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Precocious Power

TIMES STAFF WRITER

In his first four starts this season, Joe Torres pitched a no-hitter, two one-hitters and a two-hitter.

He blew away hitters with a fastball clocked as high as 96 mph. He fooled them with a curveball that took a staggering break five feet off the plate. Against one team, he struck out 16.

And when his streak of gems was over, Torres’ record was . . . 0-4.

It’s the maddening truth.

Players on Torres’ team at Gateway High in Kissimmee, Fla., struggled with their hitting--only three posted averages of .300 or better--and catching, for that matter.

How many times did Torres strike out a batter, only to see him wind up on base when the catcher couldn’t corral one of his curves?

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Somehow, Torres managed to take his peers’ shortcomings in stride. “I knew what I was getting into going into the season,” he said. “I was cool with it.”

Said teammate Gerardo Santiago: “It didn’t bother him much. To him, it was go out there, do his game. Once the game’s over, move on.”

Perhaps that’s why the Angels made Torres their top pick in Monday’s free-agent draft, selecting him 10th in the first round. Torres, a left-hander, not only possesses a major league fastball and a curve widely considered the best in the draft, but also has a level-headedness rarely seen in 17-year-old ballplayers.

“He’s real tough,” Gateway Coach David Ridenour said. “He’s definitely a gamer. I think it would have been easy for him, being 0-4, to shut down and not go out. He just didn’t do that. He went out and proceeded to go 4-0 the rest of the season.”

The 6-foot-3, 180-pound Torres, whose team finally scored a run for him in his fifth start of the season, finished 4-4 with one save, a 0.38 earned-run average and 128 strikeouts in 55 innings. He gave up only 13 hits and walked 22.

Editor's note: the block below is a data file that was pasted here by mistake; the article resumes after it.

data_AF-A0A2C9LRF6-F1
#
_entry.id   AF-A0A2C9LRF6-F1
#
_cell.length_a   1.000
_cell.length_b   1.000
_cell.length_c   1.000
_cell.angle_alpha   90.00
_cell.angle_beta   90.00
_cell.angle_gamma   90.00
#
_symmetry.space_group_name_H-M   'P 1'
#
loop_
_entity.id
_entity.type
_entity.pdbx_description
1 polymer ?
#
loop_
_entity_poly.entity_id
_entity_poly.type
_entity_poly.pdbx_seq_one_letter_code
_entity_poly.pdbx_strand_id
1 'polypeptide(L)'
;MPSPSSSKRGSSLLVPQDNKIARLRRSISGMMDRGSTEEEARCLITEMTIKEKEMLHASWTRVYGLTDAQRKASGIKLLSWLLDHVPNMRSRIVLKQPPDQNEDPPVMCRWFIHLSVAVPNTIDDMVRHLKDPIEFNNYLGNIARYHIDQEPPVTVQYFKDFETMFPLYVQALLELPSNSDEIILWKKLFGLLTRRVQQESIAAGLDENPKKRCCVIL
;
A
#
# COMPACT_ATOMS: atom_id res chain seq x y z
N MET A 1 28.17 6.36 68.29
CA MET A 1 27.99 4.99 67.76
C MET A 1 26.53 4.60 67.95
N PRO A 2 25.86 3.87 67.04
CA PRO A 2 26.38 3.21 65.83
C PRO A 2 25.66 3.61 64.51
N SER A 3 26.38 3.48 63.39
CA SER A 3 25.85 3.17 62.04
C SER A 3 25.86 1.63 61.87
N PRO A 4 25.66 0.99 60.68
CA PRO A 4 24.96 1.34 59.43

“He’s a three-pitch pitcher--fastball, curve and slider,” said Tom Kotchman, the Angels’ scouting supervisor for Florida. “He’s like a lot of other kids, where he’s a good pitcher with good stuff. But like a lot of kids, he lacks command. That’s something he’s going to have to work on in the minors.”

The Angels are still in negotiations with Torres’ father, Hughes, regarding a contract and a signing bonus that is expected to be in the $2-million range. Torres, who signed a letter of intent with Miami, said he hopes to sign with the Angels upon his return Tuesday from a vacation in Cancun.

“I was so proud to be an Angel when they picked me,” said Torres, who said he wore a new Angel cap almost everywhere he went in Cancun. “I felt great.”

Torres said his goal is to make the big league roster within three years, but Angel officials said there’s no rush.

“It all depends on the way he adjusts, the way his repertoire and command develop,” said Donny Rowland, the club’s director of scouting. “We are certainly not going to rush Joe Torres. We want him to be as good as he can possibly be the day he steps on the major league mound.”

Big-League Ambitions